Teamwork and Collaboration for Transitioning Wound Care Patients From Acute Care To The Home Care Setting.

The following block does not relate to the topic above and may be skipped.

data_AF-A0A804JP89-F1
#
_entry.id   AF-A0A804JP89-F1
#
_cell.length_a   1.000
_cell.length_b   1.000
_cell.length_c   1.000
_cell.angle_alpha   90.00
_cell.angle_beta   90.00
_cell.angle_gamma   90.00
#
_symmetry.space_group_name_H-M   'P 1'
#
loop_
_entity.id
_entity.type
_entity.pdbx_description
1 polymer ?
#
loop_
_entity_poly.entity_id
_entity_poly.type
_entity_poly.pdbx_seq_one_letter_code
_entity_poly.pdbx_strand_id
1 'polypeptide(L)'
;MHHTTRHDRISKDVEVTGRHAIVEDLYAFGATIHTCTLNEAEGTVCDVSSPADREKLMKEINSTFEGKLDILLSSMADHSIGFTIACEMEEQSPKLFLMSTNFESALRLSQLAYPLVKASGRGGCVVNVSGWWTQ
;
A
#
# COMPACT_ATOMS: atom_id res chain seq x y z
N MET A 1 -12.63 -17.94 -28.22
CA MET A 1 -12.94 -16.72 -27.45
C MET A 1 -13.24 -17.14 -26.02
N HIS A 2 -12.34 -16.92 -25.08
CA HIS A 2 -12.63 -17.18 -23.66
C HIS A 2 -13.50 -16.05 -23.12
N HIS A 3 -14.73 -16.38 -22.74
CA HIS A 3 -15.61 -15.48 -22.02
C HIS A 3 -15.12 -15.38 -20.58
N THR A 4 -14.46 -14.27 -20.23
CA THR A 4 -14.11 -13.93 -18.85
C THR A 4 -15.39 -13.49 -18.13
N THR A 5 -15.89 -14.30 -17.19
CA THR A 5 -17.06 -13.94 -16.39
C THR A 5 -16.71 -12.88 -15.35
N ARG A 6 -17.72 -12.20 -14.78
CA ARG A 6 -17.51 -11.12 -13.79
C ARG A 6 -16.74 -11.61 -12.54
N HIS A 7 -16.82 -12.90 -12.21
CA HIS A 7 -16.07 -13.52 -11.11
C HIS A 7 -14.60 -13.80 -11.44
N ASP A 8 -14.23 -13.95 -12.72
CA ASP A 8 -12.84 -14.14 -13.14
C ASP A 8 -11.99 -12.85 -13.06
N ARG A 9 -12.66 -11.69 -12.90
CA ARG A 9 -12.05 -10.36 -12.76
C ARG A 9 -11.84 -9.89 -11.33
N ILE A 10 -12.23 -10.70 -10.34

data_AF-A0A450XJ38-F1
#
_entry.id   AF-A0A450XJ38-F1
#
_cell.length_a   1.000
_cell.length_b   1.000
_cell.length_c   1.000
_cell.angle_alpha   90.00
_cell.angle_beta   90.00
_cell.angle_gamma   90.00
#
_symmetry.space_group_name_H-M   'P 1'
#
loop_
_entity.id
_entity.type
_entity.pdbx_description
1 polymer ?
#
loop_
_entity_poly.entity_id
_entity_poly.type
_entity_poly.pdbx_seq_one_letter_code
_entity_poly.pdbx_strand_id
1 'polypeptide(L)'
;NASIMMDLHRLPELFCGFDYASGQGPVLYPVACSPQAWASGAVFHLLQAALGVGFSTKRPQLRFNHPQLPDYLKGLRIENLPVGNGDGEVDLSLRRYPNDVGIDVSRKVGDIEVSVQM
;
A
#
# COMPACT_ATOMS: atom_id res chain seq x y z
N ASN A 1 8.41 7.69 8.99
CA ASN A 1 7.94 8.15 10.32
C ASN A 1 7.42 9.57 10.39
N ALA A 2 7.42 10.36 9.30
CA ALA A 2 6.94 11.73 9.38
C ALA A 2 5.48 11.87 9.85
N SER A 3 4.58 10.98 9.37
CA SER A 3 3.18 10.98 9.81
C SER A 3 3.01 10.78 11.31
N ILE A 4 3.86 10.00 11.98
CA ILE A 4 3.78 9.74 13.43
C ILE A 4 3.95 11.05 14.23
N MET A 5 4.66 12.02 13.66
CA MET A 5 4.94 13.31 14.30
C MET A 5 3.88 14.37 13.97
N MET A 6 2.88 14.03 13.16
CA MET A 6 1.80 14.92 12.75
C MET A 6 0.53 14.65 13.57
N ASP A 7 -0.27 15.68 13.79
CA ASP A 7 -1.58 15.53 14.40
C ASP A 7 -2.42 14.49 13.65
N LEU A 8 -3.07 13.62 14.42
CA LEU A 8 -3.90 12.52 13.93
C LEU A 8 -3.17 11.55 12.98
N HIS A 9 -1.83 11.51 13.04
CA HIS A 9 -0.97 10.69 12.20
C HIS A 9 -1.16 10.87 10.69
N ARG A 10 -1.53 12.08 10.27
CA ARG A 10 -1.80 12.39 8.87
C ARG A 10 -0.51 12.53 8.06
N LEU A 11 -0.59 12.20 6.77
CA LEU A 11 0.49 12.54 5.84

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Team work and collaboration is such an important part of wound care. Patients with wounds need to receive the most comprehensive care to facilitate healing. This care includes patient and family education by the nursing staff and physicians, though there has been evidence that home care givers feel they have not received the tools to manage their family member’s health care at home. When we are tasked with wound care, there are many different avenues that can introduce issues. These issues can be resolved or improved upon with education, a sense of instilled confidence, and hands on practice made more readily available to home caregivers. Working together to bring about a fuller wound care experience can result in better healing and health for the patients involved.Nonprofessional caregivers attempting to clean and dress a wound at home can become overwhelmed. “In a recent study of the challenges faced by family caregivers, caregivers reported receiving some instruction prior to performing wound care, but 42% stated they learned on their own” (Kirkland-Kyhn, 2018). This study also showed that more than half the participants felt the care they had to provide was difficult. The feelings of the home caregiver include fear of causing harm or making a mistake, as well as the concern that the time it takes to provide wound care is an inconvenience. Wound care is not a linear process for all. Depending on the wound and patient involved, instructions should be individualized to the situation and made clear to all who must perform it. Inappropriate wound care can cause more harm than good. Further infection and worsening of the wound are all issues that arise with improper education. Underlying factors other than dressing a wound such as diet, lifestyle, and medication regimen all need to be addressed as well. To reiterate, it is so important to individualize care to each patient and family. Opening that conversation and getting a complete picture can give the nursing staff a better understanding of education required. Team work and collaboration stands at the forefront of the wound care process. Nursing, acute care clinicians, doctors, and case managers are responsible for providing accessible patient and family education. Utilizing different aspects of education such as verbal, written, and video can provide a fuller experience. Discussions about the patient’s care after discharge should start as early as possible to ensure that the home caregiver can mentally process their duties as well as ask questions and voice any concerns they may have. “Nurses should provide information in a clear manner, including instructions and details about how to obtain supplies, and strive to promote a discussion in which questions and mutual problem-solving are encouraged” (Kirkland-Kyhn, 2018). The greatest moment for patient and family/home caregiver education is while the nurse or medical staff provider is doing the actual wound care. If possible, engage in wound care when the family or caregiver is present. Provide verbal step by step instructions, as well as printable or video instructions, and illustrations on the process. The more content available the better. Making the patient and their family and caregivers active participants in the plan of care creates more opportunities for education. It is highly important to discuss the signs and symptoms of both local and systemic infection, and when to call the primary care physician. Something as simple as washing your hands before care can minimize readmittance to the hospital for infection. Nonhealthcare people may not fully grasp the importance of what medical professionals know to be evidenced based practice. Begin a conversation about the etiology of the wound such as diabetes, pressure, venous insufficiency, or surgical. This enables education to be given on all processes, and how to avoid further complications. Ideally this further information will open willing conversation on diet and lifestyle changes needed, as well as the possible need to reposition the patient to offload their pressure wounds. Engaging all involved and giving that education and information can lessen the reoccurrence or further disturbances to the patient’s present health. We want to be able to provide healing, maintenance, and comfort during the patient’s acute care stay and into the future at home. So overall, teamwork and collaboration between the nursing staff, case manager, physician, acute care clinician, medical insurance company, family, patients, and home caregivers needs to be elevated. Wound care should not be left up to chance. Infections, losing an extremity, deteriorating health, and possible death should not be due to fear of providing wound care or its perceived inconvenience. “Patient and family engagement and education, including their goals and concerns, are fundamental to a successful transition” (Earlam, 2018). Opening that line of communication, and providing the education needed in many forms for wound homecare suppliers could minimize complications. All involved in the plan of care for our wound patients should make it a priority that when these people are discharged, they are armed with the knowledge and resources needed to be taken care of. Providing support, education, and care is the goal for transitioning wound care patients from an acute care setting to the home care setting.  References: Earlam, A.S., DNP, MPA, BSN, RN, CWOCN, Woods, L., MSN, RN-BC, CWOCN, & Lind, K., BSN, RN. (2018). Transitioning wound care patients to post-acute care Setting goals and meeting needs. American Nurse Today, 13(1), 28-29.Kirkland-Kyhn, H., Generao, S. A., Teleten, O., & Young, H. M. (2018). Teaching Wound Care to Family Caregivers. AJN, American Journal of Nursing, 118(3), 63-67. doi:10.1097/01.naj.0000530941.11737.1c Johnson, C., RN, BSN, WCC, LLE, DAPWCA. (2018). Providing wound care in the home: An option to explore. Retrieved February 14, 2019, from